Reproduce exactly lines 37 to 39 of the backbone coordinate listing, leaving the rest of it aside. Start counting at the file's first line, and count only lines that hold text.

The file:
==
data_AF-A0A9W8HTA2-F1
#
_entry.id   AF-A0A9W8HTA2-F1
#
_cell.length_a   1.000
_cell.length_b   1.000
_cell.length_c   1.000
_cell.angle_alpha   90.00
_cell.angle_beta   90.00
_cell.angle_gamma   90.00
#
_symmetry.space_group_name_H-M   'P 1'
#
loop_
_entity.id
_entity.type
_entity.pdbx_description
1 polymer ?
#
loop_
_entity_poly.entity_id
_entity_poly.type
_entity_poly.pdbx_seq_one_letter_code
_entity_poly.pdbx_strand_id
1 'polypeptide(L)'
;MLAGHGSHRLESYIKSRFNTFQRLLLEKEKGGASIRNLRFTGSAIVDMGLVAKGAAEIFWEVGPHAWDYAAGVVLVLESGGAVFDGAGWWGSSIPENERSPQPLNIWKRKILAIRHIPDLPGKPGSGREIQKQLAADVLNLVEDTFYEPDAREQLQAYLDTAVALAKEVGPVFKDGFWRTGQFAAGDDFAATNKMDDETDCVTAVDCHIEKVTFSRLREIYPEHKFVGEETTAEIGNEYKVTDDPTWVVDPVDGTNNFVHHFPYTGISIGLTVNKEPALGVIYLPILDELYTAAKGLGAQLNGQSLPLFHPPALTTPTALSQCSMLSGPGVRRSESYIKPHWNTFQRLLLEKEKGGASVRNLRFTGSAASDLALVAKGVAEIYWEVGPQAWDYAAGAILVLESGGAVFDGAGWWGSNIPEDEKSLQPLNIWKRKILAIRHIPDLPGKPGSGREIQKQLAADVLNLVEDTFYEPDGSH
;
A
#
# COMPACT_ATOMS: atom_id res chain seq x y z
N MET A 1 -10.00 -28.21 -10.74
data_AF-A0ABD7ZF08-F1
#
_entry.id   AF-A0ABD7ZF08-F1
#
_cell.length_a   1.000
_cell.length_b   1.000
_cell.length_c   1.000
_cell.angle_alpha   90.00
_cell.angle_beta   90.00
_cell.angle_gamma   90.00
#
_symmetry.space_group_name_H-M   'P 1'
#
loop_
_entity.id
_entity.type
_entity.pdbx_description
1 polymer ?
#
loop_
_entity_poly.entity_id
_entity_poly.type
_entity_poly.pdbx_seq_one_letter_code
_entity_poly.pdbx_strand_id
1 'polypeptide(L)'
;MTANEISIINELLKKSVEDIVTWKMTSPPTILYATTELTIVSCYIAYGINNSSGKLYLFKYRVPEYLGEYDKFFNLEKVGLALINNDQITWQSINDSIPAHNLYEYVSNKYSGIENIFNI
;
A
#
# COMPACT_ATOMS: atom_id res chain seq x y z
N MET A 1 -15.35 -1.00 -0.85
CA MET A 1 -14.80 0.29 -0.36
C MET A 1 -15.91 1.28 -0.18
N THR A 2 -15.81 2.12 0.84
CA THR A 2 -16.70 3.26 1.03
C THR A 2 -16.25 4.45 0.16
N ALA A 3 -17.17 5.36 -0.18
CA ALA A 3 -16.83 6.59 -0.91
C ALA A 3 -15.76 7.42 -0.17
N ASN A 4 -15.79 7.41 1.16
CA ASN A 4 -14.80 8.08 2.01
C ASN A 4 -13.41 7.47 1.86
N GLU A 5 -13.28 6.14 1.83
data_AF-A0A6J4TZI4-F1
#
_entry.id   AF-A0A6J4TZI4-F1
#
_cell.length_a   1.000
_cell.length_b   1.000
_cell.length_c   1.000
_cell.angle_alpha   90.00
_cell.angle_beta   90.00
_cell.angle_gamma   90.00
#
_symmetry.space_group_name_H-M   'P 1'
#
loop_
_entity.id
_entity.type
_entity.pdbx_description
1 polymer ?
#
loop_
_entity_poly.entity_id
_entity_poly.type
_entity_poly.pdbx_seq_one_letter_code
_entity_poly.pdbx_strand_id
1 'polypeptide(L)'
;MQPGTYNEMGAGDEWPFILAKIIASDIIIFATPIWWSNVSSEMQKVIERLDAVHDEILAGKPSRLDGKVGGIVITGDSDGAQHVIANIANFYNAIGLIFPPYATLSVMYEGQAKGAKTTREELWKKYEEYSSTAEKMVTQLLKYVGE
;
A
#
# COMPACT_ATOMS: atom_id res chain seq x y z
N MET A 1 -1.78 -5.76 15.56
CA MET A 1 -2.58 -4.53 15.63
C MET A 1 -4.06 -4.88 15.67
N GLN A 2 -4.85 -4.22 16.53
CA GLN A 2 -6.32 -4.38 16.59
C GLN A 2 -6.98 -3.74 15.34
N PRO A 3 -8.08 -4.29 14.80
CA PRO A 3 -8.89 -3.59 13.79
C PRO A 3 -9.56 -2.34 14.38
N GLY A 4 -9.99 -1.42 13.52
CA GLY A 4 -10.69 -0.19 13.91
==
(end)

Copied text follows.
_cell.length_b   1.000
_cell.length_c   1.000
_cell.angle_alpha   90.00